Saturday, December 12, 2009
Seven Thousand Miles
April 1975. Summer term at a traditional English boarding school. A former mansion, tucked away into the thick woodlands of the southeast. The greystone edifice perched atop a hill casting a foreboding eye on all it sees. A small and sensitive seven year old is left for the first time at the grand front portal as his parents, young and unknowing in the ways of child development, drive away. He would see them every other weekend while school was in session - for the next eleven years. He is trying hard not to let others see the fear and hurt in his eyes.
It is a school where rote learning is standard; where good study habits mean copying pages off the board verbatim; where the art teacher gets angry if the boy doesn’t do it her way; where he is told to stand facing the wall for two hours after getting caught talking after lights out; where he must wear shorts even on the most biting of winter days; where no one knows his first name, only his last; where bullying is regarded as an acceptable form of character building; where missing chapel results in a beating; where untrained teachers rely on the pedagogy of their own post-war school experiences. The small and sensitive seven year old has no opportunity to find out who he is. He simply hides himself away.
That same April 1975. Seven thousand miles away, at a small school attached to Montview Church in Denver, Colorado. A teacher, trained in that same post-war England, is watching and listening to children. They are just returning from spring break. The sun warms their faces. All around her there is joy and laughter. A few of the children are seven, small, and sensitive.
These children, however, are painting glorious pictures; they are pouring water and digging in the sand; they are reading and writing - anything they want; they are sewing, building and gluing; they are playing dress-up and make-believe; they are learning math with blocks and color; they are learning how to give and take and share; they are celebrating each other’s successes; they are hugging and being hugged. The English woman does everything in her power to help these seven year olds find out who they are. And they sparkle.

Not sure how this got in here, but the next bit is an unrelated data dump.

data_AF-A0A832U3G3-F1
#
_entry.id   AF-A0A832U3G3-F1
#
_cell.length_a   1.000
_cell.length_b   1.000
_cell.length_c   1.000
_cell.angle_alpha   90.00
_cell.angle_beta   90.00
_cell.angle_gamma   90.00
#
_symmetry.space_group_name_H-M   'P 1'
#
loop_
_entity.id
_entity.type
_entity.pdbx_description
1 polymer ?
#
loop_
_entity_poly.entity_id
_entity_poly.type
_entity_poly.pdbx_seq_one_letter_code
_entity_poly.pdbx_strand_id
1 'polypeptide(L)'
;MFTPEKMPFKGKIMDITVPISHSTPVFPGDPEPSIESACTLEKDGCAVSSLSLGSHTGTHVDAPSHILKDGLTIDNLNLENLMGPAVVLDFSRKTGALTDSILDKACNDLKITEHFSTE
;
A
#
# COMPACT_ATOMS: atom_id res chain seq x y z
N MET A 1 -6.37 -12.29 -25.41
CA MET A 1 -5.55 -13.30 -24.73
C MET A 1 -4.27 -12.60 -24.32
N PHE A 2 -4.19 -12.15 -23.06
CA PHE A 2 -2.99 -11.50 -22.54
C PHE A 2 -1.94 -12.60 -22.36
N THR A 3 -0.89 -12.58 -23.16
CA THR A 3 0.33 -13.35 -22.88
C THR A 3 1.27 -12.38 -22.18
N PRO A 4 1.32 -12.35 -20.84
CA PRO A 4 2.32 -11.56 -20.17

The teacher’s name is Carolyn. She has recently arrived in Colorado, from England, with a young family of her own. She is in the process, although she doesn’t know it at present, of founding a school that would later grow into a beloved institution, educating thousands of children. All of them touched personally by her strong principles, her guiding hand, and her love.
The boy’s first name is Steve. Me.
Everyone calls me that now, even my students.
Fifteen years after those humble beginnings, I stumbled upon Carolyn’s school. She hired me and I have learned. I have been a teacher and theatre director here for almost twenty years, the length of a childhood. Her school, now known as the Stanley British Primary School, has taught me well.
I invite you to walk into my classroom. I am proud of the joy to be found. Children feel safe, knowing there are clearly defined limits and high expectations. They are free to be themselves, to explore while learning, and to find success. They are encouraged to take risks and they are guided as they learn from their mistakes. We work together to find out more each day about what kind of learners they are. They learn to articulate their strengths and they work to strengthen their weaknesses. They know they can make a positive difference in numerous ways. They are supported, trusted and loved. They are on the pathway to discover who they are.
I think of John, a third grader who has been diagnosed with a severe form of dyslexia. Reading is an immense struggle, as he meets familiar words for the first time again and again and again. His writing is almost impossible to read. Letters are misshapen or reversed. He occasionally forms entire sentences in mirror image from right to left. Expressing himself on paper is the hardest thing anyone has ever asked him to do.
The class is studying pre-Revolutionary War America. One group decides to make a dramatic presentation of the events surrounding the Boston Tea Party. John is one of the kids volunteering to play the part of Sam Adams. This needs to be improvised. They have been given ten minutes to produce a skit. There is no time for further study. To my surprise, his peers pick John for the role. I am unsure of what he knows. The kids know better.